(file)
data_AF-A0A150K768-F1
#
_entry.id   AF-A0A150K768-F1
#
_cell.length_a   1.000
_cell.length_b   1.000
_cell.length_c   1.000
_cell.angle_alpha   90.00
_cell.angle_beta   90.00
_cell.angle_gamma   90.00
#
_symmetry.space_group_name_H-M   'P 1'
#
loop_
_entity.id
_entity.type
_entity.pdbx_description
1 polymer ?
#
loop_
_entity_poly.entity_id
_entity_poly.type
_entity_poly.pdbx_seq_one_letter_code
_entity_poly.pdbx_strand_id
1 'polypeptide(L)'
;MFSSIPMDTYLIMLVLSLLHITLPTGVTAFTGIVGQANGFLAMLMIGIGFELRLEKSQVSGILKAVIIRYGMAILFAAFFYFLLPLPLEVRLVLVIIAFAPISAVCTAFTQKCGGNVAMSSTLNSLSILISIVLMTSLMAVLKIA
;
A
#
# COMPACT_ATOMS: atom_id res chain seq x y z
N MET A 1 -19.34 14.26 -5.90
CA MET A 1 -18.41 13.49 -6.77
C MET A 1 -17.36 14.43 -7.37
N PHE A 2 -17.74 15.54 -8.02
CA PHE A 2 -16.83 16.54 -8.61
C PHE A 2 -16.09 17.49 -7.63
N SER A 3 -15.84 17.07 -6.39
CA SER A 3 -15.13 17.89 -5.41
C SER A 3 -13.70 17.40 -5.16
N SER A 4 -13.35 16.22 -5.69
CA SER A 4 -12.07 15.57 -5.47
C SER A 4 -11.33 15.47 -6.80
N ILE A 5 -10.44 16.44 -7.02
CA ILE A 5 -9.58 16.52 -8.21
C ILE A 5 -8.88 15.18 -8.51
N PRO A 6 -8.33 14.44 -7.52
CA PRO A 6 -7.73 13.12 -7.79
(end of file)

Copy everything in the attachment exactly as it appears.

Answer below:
data_AF-A0A150K768-F1
#
_entry.id   AF-A0A150K768-F1
#
_cell.length_a   1.000
_cell.length_b   1.000
_cell.length_c   1.000
_cell.angle_alpha   90.00
_cell.angle_beta   90.00
_cell.angle_gamma   90.00
#
_symmetry.space_group_name_H-M   'P 1'
#
loop_
_entity.id
_entity.type
_entity.pdbx_description
1 polymer ?
#
loop_
_entity_poly.entity_id
_entity_poly.type
_entity_poly.pdbx_seq_one_letter_code
_entity_poly.pdbx_strand_id
1 'polypeptide(L)'
;MFSSIPMDTYLIMLVLSLLHITLPTGVTAFTGIVGQANGFLAMLMIGIGFELRLEKSQVSGILKAVIIRYGMAILFAAFFYFLLPLPLEVRLVLVIIAFAPISAVCTAFTQKCGGNVAMSSTLNSLSILISIVLMTSLMAVLKIA
;
A
#
# COMPACT_ATOMS: atom_id res chain seq x y z
N MET A 1 -19.34 14.26 -5.90
CA MET A 1 -18.41 13.49 -6.77
C MET A 1 -17.36 14.43 -7.37
N PHE A 2 -17.74 15.54 -8.02
CA PHE A 2 -16.83 16.54 -8.61
C PHE A 2 -16.09 17.49 -7.63
N SER A 3 -15.84 17.07 -6.39
CA SER A 3 -15.13 17.89 -5.41
C SER A 3 -13.70 17.40 -5.16
N SER A 4 -13.35 16.22 -5.69
CA SER A 4 -12.07 15.57 -5.47
C SER A 4 -11.33 15.47 -6.80
N ILE A 5 -10.44 16.44 -7.02
CA ILE A 5 -9.58 16.52 -8.21
C ILE A 5 -8.88 15.18 -8.51
N PRO A 6 -8.33 14.44 -7.52
CA PRO A 6 -7.73 13.12 -7.79